There is now a ray of hope for computer and software based patents. The case which is discussed below is the second one post Alice Corp. v. CLS Bank International case.
In Enfish, LLC v. Microsoft Corporation, the U.S. Court of Appeals for the Federal Circuit reversed a California district court’s summary judgment that two software patents were directed to an “abstract idea” without “significantly more” and therefore were not eligible for patent. The facts of the case are stated below.
Enfish owned two patents namely, US6,151,604 and US6,163,775 that described and claimed a logical model for a computer database. A logical model is a model of data for a computer database that explains how the different elements of information are related to each other. Enfish’s patented invention disclosed a logical model that included all data entities in a single table, with column definitions provided by rows in the same table. In short, Enfish’s patent described a table structure that allowed the information that would normally appear in several different tables to be stored in a single table.
In 2012, Enfish sued Microsoft for infringement of these patents. The district court, under the two step analysis of Alice test determined that the claims were directed to an ineligible abstract idea of “storing, organizing, and retrieving memory in a logical table”. The district court found that all claims were invalid under Section 101 of Title 35 of the United States Code, as they were directed to an abstract idea without providing an inventive concept sufficient to transform the claims into a patent-eligible invention.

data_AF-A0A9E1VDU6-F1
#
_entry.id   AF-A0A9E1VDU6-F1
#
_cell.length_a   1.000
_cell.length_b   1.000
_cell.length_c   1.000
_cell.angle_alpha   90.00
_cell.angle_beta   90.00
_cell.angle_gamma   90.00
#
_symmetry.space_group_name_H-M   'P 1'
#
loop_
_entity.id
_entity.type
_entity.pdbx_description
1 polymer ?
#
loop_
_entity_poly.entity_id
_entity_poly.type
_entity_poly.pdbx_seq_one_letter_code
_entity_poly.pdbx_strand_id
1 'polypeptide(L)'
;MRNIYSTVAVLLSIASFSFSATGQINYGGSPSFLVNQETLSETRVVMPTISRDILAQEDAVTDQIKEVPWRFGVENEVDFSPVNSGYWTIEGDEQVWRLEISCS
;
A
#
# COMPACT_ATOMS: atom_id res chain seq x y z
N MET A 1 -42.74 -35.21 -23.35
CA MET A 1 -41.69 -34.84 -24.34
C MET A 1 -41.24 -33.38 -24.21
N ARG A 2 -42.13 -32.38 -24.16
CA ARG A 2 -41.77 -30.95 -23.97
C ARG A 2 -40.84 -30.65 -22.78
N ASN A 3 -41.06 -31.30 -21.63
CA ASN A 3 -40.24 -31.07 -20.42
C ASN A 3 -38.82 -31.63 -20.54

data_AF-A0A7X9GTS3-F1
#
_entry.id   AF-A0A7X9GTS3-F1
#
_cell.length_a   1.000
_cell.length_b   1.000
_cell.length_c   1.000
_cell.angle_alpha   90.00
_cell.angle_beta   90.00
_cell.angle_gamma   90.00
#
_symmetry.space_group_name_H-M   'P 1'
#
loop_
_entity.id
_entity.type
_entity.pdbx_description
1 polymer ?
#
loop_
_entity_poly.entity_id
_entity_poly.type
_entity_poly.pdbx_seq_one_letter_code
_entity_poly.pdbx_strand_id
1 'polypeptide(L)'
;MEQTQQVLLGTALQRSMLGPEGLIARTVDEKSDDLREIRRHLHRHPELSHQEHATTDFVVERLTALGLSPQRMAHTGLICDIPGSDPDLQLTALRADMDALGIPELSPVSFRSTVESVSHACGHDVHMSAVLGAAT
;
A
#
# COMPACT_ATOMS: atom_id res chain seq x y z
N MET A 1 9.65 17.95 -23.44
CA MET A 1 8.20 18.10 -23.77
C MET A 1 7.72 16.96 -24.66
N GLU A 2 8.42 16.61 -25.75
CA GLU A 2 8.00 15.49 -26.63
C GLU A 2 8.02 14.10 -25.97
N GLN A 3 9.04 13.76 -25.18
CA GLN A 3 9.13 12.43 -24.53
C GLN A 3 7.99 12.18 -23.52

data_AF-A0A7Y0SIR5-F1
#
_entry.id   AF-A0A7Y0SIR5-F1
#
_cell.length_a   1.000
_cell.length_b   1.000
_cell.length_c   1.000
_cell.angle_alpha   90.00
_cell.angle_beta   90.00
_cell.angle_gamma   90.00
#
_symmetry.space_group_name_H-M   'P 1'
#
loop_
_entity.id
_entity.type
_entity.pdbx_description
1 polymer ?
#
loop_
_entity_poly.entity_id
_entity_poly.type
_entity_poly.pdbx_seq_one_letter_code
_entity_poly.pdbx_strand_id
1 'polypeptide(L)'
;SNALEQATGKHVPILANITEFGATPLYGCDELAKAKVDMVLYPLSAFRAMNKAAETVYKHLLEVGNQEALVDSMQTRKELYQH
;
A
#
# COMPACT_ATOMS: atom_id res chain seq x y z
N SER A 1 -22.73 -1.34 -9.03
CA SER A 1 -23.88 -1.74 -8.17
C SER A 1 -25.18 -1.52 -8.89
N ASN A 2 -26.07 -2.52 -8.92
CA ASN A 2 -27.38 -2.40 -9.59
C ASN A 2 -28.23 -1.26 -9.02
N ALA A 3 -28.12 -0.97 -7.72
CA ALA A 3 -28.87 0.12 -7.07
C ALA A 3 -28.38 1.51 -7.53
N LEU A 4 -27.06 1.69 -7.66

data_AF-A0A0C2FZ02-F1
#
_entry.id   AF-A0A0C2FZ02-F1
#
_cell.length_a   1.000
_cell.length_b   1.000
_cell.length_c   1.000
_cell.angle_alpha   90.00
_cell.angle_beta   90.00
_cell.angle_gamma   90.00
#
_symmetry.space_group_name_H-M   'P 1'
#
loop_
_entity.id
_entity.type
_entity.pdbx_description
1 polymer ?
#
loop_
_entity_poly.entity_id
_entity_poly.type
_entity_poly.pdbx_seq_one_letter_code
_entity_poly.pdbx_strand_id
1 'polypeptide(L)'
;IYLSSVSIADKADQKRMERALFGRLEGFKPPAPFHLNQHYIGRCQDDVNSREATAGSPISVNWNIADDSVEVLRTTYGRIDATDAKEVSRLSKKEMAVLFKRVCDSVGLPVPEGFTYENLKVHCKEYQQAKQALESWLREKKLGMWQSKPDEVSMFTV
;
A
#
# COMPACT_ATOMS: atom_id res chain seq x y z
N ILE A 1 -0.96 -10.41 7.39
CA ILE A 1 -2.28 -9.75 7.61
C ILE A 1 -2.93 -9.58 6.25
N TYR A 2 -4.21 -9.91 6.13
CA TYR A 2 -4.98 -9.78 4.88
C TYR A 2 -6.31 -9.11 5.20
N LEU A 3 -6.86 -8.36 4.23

On appeal, the United States Court of Appeals for the Federal Circuit disagreed with the lower court ruling that the claims were not patent eligible. The court found the claims to be directed to a specific improvement in the functioning of a computer. Further, Enfish explained in its specification the benefits of the claimed invention over conventional databases such as increased flexibility, faster search times and smaller memory requirements. Accordingly, the claims were found to be patent eligible based on the first step of the Alice inquiry and the court concluded that it need not proceed to step two of the Alice inquiry.
The Federal Circuit in Enfish has expanded the scope of patent-eligible matter and provides the much needed clarity with respect to subject matter eligibility. The concept of “abstract idea” is a heated topic in recent days. However, Enfish undoubtedly benefits software patentees and this case is likely have a significant impact on future challenges under Section 101 in courts and in the PTO.
Authored by Anjali Santosh